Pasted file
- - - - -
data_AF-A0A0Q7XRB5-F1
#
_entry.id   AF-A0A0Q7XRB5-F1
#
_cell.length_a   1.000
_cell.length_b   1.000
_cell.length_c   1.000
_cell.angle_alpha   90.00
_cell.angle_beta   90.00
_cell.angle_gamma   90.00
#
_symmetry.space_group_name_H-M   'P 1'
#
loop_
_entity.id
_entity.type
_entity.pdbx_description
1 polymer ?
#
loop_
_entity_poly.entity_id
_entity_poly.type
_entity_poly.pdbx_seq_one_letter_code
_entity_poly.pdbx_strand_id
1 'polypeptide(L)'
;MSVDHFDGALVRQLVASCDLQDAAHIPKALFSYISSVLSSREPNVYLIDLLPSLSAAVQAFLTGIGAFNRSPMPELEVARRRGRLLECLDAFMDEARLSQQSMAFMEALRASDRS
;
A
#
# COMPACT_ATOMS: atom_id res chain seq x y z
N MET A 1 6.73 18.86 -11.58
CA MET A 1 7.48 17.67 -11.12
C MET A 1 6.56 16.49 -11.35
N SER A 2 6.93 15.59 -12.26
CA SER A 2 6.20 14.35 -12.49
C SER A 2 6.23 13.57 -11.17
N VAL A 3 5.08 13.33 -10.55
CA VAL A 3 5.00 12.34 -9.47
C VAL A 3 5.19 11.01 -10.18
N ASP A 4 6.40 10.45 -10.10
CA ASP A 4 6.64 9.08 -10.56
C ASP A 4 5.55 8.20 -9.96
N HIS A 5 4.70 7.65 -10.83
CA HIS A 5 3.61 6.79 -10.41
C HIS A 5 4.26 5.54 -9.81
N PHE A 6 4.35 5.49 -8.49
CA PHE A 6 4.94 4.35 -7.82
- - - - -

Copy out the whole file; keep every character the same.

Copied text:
data_AF-A0A0Q7XRB5-F1
#
_entry.id   AF-A0A0Q7XRB5-F1
#
_cell.length_a   1.000
_cell.length_b   1.000
_cell.length_c   1.000
_cell.angle_alpha   90.00
_cell.angle_beta   90.00
_cell.angle_gamma   90.00
#
_symmetry.space_group_name_H-M   'P 1'
#
loop_
_entity.id
_entity.type
_entity.pdbx_description
1 polymer ?
#
loop_
_entity_poly.entity_id
_entity_poly.type
_entity_poly.pdbx_seq_one_letter_code
_entity_poly.pdbx_strand_id
1 'polypeptide(L)'
;MSVDHFDGALVRQLVASCDLQDAAHIPKALFSYISSVLSSREPNVYLIDLLPSLSAAVQAFLTGIGAFNRSPMPELEVARRRGRLLECLDAFMDEARLSQQSMAFMEALRASDRS
;
A
#
# COMPACT_ATOMS: atom_id res chain seq x y z
N MET A 1 6.73 18.86 -11.58
CA MET A 1 7.48 17.67 -11.12
C MET A 1 6.56 16.49 -11.35
N SER A 2 6.93 15.59 -12.26
CA SER A 2 6.20 14.35 -12.49
C SER A 2 6.23 13.57 -11.17
N VAL A 3 5.08 13.33 -10.55
CA VAL A 3 5.00 12.34 -9.47
C VAL A 3 5.19 11.01 -10.18
N ASP A 4 6.40 10.45 -10.10
CA ASP A 4 6.64 9.08 -10.56
C ASP A 4 5.55 8.20 -9.96
N HIS A 5 4.70 7.65 -10.83
CA HIS A 5 3.61 6.79 -10.41
C HIS A 5 4.26 5.54 -9.81
N PHE A 6 4.35 5.49 -8.49
CA PHE A 6 4.94 4.35 -7.82